We completed our registration and collected our packs and numbers.

Stage 1 was a short Prologue stage and didn’t start till the afternoon, I found this really tough, a combination of the altitude and heat, yes after all my concern a couple of days earlier of it being cold, it wasn’t it was really warm, mid to high 30’s every day.

After finishing stage one I noticed my chest felt tight, I thought nothing of it as it had happened before and I had been told by the doctor that it was probably just a cramp and nothing to worry about, it settled within mins so I thought nothing of it.

The next day was the first proper stage, loop back to Montgenerve of 61 Km and 2750m of climbing starting with a 7km climb.

All started off well and we got into a good rhythm on the climb until James chain snapped, after quickly fitting a power link we carried on and soon reached the first feed station, we didn’t take much as both still had a fair amount in our camel backs and there was another feed station in 20Km, so off we went onto the next climb before our first taste of the proper descents, tight switch back after tight switch back.

We passed through the time cut off point and started the climb to the next feed station, this is where I really began struggle and noticed I had the route sweeper and medic for company on an Ebike.

I pushed on to the feed station and by the time I made it there I was not in a good way, I sat down in the shade and took on some fluids and food as the medic checked me over before telling me I needed a drip as I was very dehydrated.

 

They called down to race HQ and another medic arrived and took over, allowing him to carry on following the route, James also carried on and finished the stage.

Meanwhile I had a drip put in at the feed station and was taken back down to the race finish in a 4×4.

At Race HQ I was given a once over by the event doctor and ate his salted crisps before being given the okay to carry on the next day.

The next day the plan was a different one and I took 3 litres of Torq Energy in my camel back and 2 x 750ml of Hypotonic drink in a bottle, by the first feed station a lot of this was gone, we filled everything back up and carried on. Unfortunately, we missed the cut off by a matter of minutes at the next feed station and couldn’t carry on the stage.

Day 4 was a much better day and we started well, apart from forgetting my gloves which led to some sunburn on the backs of my hands. We settled into a long climb at the start and the descents again were incredible and like nothing I have ridden before, this included a full on bucking bronco moment at 30mph that I somehow managed to keep hold of. The 29er carbon Hardtail was defiantly not the bike of choice for this event.  We completed stage 4 in 7 hours 40 minutes.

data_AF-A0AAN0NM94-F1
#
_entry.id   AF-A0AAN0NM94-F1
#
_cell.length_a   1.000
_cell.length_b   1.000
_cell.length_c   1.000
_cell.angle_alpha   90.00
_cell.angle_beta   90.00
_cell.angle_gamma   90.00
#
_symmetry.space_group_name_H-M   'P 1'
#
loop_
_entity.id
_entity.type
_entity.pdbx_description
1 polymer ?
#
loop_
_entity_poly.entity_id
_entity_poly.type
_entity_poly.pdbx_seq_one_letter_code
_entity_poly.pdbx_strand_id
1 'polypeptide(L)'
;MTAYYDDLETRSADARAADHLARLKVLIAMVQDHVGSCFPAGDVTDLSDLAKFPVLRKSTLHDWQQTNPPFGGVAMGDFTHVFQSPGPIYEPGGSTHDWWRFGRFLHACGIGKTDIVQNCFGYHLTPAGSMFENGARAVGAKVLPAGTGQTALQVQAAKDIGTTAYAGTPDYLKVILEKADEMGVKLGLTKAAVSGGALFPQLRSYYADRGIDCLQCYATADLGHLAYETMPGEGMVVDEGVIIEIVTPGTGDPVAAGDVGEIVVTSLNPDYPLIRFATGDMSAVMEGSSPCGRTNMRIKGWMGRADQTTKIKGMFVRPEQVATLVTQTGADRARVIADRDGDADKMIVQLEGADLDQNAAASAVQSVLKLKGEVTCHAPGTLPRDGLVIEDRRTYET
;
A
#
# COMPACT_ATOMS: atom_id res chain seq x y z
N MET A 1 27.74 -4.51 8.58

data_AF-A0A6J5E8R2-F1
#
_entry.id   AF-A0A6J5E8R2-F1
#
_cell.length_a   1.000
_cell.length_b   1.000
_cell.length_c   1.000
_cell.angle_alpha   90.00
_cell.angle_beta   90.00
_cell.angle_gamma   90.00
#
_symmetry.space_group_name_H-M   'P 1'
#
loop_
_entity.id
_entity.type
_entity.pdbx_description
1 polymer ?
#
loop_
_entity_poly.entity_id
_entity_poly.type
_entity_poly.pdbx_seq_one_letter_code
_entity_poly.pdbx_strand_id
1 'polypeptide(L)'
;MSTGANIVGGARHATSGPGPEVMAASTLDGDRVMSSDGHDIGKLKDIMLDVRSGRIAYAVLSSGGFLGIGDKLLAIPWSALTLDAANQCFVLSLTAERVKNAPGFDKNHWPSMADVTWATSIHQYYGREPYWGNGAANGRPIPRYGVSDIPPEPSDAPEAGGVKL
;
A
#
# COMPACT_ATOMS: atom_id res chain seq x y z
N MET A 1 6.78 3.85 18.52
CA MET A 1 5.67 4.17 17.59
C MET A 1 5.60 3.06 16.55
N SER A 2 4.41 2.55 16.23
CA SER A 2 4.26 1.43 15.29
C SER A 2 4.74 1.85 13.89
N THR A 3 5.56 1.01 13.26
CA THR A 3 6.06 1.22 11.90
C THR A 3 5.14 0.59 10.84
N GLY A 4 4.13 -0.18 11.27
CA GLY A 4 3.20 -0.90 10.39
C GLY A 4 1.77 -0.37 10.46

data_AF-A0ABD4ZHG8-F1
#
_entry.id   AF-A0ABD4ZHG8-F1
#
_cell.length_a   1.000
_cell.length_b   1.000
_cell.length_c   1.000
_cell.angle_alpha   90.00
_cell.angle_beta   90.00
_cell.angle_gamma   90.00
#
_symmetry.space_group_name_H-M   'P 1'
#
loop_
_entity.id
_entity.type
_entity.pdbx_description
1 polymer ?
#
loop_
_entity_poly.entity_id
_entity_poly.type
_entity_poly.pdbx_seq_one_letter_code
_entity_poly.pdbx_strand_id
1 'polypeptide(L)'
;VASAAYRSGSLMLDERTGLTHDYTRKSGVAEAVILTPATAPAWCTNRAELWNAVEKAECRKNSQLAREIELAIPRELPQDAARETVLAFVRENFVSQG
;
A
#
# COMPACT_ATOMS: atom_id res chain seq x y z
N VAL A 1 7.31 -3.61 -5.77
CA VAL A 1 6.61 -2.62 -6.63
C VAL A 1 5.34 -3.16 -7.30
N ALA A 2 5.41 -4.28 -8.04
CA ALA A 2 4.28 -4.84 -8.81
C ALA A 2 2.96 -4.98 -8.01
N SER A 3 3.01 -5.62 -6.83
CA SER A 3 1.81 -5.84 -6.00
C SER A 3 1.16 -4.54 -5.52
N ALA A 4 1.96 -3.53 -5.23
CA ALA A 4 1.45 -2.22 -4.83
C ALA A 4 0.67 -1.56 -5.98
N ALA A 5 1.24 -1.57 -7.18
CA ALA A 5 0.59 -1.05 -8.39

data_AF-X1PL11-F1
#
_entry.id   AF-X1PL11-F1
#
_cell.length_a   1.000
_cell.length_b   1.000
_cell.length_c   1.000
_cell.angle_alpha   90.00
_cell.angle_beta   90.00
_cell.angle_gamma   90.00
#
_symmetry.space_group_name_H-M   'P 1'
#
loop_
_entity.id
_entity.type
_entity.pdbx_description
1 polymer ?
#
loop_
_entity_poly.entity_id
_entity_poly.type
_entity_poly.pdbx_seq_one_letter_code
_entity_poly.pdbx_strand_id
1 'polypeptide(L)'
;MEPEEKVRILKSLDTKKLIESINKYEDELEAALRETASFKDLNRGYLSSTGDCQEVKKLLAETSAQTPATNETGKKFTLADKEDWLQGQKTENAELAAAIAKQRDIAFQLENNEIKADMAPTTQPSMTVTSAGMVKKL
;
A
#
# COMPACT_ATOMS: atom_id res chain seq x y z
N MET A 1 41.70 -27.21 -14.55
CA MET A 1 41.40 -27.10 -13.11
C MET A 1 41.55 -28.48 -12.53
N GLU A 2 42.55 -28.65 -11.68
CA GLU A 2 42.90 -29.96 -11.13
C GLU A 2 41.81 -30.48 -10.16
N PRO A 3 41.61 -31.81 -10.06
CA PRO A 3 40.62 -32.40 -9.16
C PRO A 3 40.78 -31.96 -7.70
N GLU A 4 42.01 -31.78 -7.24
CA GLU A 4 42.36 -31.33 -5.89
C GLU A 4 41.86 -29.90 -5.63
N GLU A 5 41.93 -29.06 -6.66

Unfortunately, I was still struggling with getting my breath and even walking upstairs or a slight slope was hard work let alone riding a bike for 7-8 hours, I was also bringing up all kinds of funky stuff when I coughed! So, after a chat with James and the event doctor I decided to miss stage 5 and see how I felt after that.

So, I spent day 5 helping the organisers with laundry and whatever else I could do to help, unfortunately I was still not feeling any better for stage 6 so I sat it out and let James ride with a couple of guys from Oxfordshire with a team name of the Gnarly Nutters.

I was gutted to have missed the finish of the event but sometimes you just know something isn’t right.

The after party was great with lots of free beer and a huge BBQ.  The food and hospitality throughout the event was incredible and everything was taken care of from your laundry to your bike.

At the end of every stage you racked your bike, it was then taken and washed before getting a once over from the team of mechanics before being taken to the over night secure storage area, all you had to do was check your tyre pressures and lube the chain and away you go again.

There was also massages at the end of the stage all included in the price and a huge buffet of food to refuel you along with an evening meal and huge and varied breakfast every day.

Everything was thought of and done for you, all you had to do was ride your bike, eat, sleep and repeat.

On returning from the event I visited my GP and was given an Inhaler and have since been diagnosed with exercise induced Asthma.

This is defiantly an event that I will be coming back to again maybe as a mixed pair with an eye on a podium.

I have learnt so much from this event and hopefully it will all help me in my next challenge.

Next year I am taking on the Transpyr solo, but I’m not making the same mistakes again.  I was nowhere near well enough prepared physically and the work on that has already started with the help of my new coach and Mountain Bike Stage Race and Marathon Racing legend, Sally Bigham, who is really starting to put me through my paces and will have me in the best shape I can be in come June 2018.

I have also changed bikes and I’m now on a Santa Cruz Tallboy 2 full Suss with dropperpost as opposed to a Cube carbon hardtail 29er.

Camping and Mountaineering